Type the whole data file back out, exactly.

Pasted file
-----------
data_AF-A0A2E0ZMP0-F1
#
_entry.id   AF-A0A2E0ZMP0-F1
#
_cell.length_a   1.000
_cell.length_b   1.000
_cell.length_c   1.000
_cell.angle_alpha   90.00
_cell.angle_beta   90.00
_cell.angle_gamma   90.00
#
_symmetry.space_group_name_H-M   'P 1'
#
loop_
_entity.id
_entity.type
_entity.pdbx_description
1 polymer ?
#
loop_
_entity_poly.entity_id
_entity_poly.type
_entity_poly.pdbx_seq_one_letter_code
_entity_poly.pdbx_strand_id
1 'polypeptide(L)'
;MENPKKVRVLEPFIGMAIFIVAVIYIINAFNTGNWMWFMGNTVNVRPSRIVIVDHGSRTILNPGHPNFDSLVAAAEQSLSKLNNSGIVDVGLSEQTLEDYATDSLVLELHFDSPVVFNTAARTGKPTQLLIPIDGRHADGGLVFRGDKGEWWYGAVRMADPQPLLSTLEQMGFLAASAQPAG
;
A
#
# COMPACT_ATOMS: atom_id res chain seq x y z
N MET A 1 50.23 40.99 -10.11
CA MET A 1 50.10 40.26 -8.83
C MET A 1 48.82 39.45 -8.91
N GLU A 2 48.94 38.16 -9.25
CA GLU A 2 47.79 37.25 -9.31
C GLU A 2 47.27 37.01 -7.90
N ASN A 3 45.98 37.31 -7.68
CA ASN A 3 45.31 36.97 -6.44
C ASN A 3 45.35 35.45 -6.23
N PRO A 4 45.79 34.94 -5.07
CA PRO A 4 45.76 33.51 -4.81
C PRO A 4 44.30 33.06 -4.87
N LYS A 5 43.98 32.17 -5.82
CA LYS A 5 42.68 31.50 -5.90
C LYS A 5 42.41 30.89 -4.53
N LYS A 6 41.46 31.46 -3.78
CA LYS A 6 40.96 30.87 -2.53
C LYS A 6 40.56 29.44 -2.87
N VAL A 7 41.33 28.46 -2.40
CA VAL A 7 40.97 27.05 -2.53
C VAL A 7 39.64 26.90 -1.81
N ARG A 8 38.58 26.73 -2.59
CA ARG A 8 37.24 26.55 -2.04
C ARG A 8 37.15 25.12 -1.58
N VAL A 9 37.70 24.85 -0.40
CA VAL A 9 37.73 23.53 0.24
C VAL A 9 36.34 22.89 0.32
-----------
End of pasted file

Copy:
data_AF-A0A2E0ZMP0-F1
#
_entry.id   AF-A0A2E0ZMP0-F1
#
_cell.length_a   1.000
_cell.length_b   1.000
_cell.length_c   1.000
_cell.angle_alpha   90.00
_cell.angle_beta   90.00
_cell.angle_gamma   90.00
#
_symmetry.space_group_name_H-M   'P 1'
#
loop_
_entity.id
_entity.type
_entity.pdbx_description
1 polymer ?
#
loop_
_entity_poly.entity_id
_entity_poly.type
_entity_poly.pdbx_seq_one_letter_code
_entity_poly.pdbx_strand_id
1 'polypeptide(L)'
;MENPKKVRVLEPFIGMAIFIVAVIYIINAFNTGNWMWFMGNTVNVRPSRIVIVDHGSRTILNPGHPNFDSLVAAAEQSLSKLNNSGIVDVGLSEQTLEDYATDSLVLELHFDSPVVFNTAARTGKPTQLLIPIDGRHADGGLVFRGDKGEWWYGAVRMADPQPLLSTLEQMGFLAASAQPAG
;
A
#
# COMPACT_ATOMS: atom_id res chain seq x y z
N MET A 1 50.23 40.99 -10.11
CA MET A 1 50.10 40.26 -8.83
C MET A 1 48.82 39.45 -8.91
N GLU A 2 48.94 38.16 -9.25
CA GLU A 2 47.79 37.25 -9.31
C GLU A 2 47.27 37.01 -7.90
N ASN A 3 45.98 37.31 -7.68
CA ASN A 3 45.31 36.97 -6.44
C ASN A 3 45.35 35.45 -6.23
N PRO A 4 45.79 34.94 -5.07
CA PRO A 4 45.76 33.51 -4.81
C PRO A 4 44.30 33.06 -4.87
N LYS A 5 43.98 32.17 -5.82
CA LYS A 5 42.68 31.50 -5.90
C LYS A 5 42.41 30.89 -4.53
N LYS A 6 41.46 31.46 -3.78
CA LYS A 6 40.96 30.87 -2.53
C LYS A 6 40.56 29.44 -2.87
N VAL A 7 41.33 28.46 -2.40
CA VAL A 7 40.97 27.05 -2.53
C VAL A 7 39.64 26.90 -1.81
N ARG A 8 38.58 26.73 -2.59
CA ARG A 8 37.24 26.55 -2.04
C ARG A 8 37.15 25.12 -1.58
N VAL A 9 37.70 24.85 -0.40
CA VAL A 9 37.73 23.53 0.24
C VAL A 9 36.34 22.89 0.32